How To Start New Habits That Actually Stick

By James Clear    | Behavioral Psychology, Habits

The 3 R’s of Habit Change: 

Every habit you have — good or bad — follows the same 3–step pattern. Read more

  • Reminder (the trigger that initiates the behavior)
  • Routine (the behavior itself; the action you take)
  • Reward (the benefit you gain from doing the behavior)

…read about it in Charles Duhigg’s best–selling book, The Power of Habit (audiobook). 

…there’s a lot of science behind the process of habit formation, and so we can be relatively confident that your habits follow the same cycle, whatever you choose to call it. Read more.

The 3 R's of Habit Change

All habits form by the same 3–step process. Here’s an example: the traffic light turns green, you drive through the intersection, you make it closer to your destination. Reminder, routine, reward. (Graphic based on Charles Duhigg’s “Habit Loop” in The Power of Habit. Created by James Clear.)

Step 1: Set a Reminder for Your New Habit

If you talk to your friends about starting a new habit, they might tell you that you need to exercise self–control or that you need to find a new dose of willpower.

I disagree.

Getting motivated and trying to remember to do a new behavior is the exact wrong way to go about it. If you’re a human, then your memory and your motivation will fail you. It’s just a fact.

This is why the reminder is such a critical part of forming new habits. A good reminder does not rely on motivation and it doesn’t require you to remember to do your new habit.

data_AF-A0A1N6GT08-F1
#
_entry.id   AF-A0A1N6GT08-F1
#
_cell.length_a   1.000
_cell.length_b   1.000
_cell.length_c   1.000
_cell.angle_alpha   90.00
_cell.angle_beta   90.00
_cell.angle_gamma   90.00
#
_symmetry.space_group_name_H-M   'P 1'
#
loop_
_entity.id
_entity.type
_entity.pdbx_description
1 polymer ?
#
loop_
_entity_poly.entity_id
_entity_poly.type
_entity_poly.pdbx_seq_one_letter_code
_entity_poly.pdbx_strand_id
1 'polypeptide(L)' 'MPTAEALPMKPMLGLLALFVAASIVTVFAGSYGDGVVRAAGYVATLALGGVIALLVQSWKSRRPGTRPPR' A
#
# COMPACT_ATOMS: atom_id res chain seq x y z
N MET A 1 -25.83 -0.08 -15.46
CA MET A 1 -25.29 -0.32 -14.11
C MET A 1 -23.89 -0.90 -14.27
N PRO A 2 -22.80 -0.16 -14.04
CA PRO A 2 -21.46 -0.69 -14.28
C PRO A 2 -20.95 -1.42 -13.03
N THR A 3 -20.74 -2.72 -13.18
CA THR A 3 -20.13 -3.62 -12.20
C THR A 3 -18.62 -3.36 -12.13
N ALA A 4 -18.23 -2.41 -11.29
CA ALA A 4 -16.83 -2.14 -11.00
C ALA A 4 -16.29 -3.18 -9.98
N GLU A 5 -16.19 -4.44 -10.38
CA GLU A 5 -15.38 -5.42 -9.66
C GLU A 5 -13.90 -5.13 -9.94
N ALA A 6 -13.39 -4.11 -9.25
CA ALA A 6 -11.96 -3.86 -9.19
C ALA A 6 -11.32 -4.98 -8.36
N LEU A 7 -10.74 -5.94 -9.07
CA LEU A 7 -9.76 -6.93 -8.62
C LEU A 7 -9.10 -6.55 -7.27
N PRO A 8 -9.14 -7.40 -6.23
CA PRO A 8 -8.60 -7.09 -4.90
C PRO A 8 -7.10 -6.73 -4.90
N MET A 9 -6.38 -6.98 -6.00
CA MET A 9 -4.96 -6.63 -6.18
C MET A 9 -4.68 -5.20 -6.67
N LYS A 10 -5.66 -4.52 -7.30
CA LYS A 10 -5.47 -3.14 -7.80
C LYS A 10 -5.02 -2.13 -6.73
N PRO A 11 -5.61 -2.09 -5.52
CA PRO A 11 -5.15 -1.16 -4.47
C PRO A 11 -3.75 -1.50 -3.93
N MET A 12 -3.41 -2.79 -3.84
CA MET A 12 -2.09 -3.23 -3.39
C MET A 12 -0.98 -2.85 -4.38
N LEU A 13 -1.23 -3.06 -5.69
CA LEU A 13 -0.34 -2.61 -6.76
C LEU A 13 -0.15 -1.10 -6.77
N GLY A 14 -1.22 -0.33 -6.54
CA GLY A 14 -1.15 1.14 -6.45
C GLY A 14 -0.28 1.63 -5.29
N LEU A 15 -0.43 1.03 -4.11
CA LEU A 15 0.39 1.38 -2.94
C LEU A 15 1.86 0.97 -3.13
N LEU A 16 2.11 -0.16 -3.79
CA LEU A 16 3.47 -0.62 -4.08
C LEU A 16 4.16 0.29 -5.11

A good reminder makes it easy to start by encoding your new behavior in something that you already do.

Read more:

Three steps habit change

5 Scientific ways to build habits that stick

18 Tricks to make new habits stick

How to form a habit in 8 easy steps

The rule of 3s for new BJJ students

You see, although you don’t know it yet, you’ve just started a habit. A deadly habit, may I add. Because, gradually you may find yourself coming up with more and more bad excuses for skipping training. I’m not saying that this happens to everyone, but when it does happen, this is how it always starts:

“I have a headache.”

“I have “stuff” to do.”

“I’m gonna be late anyway.”

“My toe hurts.”

Gracie points out that BJJ is a demoralizing sport. Participants feel great when things are going well, but then BJJ beats them up and humbles them quite often. Jiu-Jitsu is not designed for those with motivation issues after all.

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